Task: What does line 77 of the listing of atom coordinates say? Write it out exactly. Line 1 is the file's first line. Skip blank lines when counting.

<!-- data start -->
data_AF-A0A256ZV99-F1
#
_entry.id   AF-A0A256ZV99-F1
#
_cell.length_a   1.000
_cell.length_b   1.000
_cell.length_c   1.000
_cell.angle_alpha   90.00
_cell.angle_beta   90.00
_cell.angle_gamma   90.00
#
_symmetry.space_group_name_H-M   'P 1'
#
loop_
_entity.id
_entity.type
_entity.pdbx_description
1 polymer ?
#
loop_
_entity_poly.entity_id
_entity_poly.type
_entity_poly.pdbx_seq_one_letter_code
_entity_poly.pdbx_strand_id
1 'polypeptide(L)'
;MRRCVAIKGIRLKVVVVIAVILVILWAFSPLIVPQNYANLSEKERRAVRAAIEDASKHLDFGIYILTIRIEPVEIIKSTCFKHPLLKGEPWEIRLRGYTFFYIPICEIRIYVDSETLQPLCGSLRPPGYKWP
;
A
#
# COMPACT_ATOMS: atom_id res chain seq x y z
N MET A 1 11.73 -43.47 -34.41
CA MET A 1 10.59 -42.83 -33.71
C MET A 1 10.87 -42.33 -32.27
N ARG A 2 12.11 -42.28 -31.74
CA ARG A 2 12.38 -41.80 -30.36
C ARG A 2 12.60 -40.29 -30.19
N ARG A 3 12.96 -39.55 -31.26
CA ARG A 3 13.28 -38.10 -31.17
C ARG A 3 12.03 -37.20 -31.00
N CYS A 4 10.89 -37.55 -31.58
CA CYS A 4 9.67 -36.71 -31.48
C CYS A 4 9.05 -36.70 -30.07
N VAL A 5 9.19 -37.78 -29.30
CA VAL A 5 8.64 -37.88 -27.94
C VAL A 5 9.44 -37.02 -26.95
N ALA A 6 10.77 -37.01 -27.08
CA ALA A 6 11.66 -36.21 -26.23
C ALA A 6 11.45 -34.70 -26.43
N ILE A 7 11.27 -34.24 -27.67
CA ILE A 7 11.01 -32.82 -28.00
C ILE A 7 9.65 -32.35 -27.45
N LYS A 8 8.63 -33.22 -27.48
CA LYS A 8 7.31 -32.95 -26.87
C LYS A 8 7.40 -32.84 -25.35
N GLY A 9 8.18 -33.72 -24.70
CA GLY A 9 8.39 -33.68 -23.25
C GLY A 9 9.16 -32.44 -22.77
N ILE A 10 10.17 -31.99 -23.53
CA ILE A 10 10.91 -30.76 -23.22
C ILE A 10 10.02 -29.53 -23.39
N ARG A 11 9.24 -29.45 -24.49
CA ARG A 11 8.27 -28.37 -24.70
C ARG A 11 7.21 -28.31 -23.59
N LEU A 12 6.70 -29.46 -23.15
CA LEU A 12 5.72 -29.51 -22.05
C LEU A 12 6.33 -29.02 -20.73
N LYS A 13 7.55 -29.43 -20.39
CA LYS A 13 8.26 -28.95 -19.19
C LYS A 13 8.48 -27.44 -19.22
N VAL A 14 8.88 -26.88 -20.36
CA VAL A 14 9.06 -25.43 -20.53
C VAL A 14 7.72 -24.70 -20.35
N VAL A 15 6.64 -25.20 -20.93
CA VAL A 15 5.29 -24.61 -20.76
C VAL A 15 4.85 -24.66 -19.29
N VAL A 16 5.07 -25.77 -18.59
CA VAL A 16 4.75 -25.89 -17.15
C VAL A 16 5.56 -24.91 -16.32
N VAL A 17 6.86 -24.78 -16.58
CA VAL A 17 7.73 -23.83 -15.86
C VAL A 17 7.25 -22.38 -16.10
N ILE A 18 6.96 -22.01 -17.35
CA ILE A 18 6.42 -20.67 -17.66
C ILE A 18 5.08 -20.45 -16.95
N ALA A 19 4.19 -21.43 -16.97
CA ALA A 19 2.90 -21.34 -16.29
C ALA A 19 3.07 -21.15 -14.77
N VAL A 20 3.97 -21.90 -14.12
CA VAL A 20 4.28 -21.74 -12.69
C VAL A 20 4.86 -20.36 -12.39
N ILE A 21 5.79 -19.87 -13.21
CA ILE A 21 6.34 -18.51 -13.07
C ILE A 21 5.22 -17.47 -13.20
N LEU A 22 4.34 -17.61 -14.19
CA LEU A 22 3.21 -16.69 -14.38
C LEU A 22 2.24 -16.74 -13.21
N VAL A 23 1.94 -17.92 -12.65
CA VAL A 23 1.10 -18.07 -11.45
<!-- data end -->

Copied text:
CA VAL A 16 4.75 -25.89 -17.15